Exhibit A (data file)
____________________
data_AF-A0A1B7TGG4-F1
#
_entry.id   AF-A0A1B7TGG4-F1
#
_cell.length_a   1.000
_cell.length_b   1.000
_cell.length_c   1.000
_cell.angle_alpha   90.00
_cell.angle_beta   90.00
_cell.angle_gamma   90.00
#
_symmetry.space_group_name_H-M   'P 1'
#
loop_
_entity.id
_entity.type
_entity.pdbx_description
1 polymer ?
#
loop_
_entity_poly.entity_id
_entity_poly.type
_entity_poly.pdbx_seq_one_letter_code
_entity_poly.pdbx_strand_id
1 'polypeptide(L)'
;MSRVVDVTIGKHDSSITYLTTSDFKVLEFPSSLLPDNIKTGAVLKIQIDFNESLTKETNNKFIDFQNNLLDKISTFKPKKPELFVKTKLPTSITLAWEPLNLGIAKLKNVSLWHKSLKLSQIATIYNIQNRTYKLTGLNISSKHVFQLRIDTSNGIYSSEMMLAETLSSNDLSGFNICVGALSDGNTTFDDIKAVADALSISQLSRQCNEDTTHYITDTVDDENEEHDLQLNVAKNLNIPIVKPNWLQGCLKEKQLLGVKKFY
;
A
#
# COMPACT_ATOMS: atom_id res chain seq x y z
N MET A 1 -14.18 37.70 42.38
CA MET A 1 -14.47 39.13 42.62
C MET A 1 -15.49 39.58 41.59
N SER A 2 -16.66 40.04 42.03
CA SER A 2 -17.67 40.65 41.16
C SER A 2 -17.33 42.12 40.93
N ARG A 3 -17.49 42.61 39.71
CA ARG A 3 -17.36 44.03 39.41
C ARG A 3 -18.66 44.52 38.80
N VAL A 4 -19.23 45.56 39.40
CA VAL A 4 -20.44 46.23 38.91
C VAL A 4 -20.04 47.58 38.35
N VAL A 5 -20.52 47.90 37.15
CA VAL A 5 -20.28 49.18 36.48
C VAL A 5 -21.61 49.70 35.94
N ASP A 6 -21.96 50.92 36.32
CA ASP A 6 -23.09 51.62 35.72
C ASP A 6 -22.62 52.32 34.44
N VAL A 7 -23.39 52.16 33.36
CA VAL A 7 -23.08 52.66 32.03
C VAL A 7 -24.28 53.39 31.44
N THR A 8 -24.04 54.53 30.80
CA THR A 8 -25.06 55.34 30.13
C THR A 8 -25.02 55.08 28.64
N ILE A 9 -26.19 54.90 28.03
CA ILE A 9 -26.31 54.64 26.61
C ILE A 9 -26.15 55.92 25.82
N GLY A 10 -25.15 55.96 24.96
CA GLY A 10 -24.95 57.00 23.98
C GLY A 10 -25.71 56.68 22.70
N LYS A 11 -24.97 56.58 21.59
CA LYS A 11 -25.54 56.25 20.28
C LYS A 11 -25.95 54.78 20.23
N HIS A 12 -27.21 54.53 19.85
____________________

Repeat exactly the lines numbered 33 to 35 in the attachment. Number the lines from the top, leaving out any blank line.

C MET A 1 -15.49 39.58 41.59
N SER A 2 -16.66 40.04 42.03
CA SER A 2 -17.67 40.65 41.16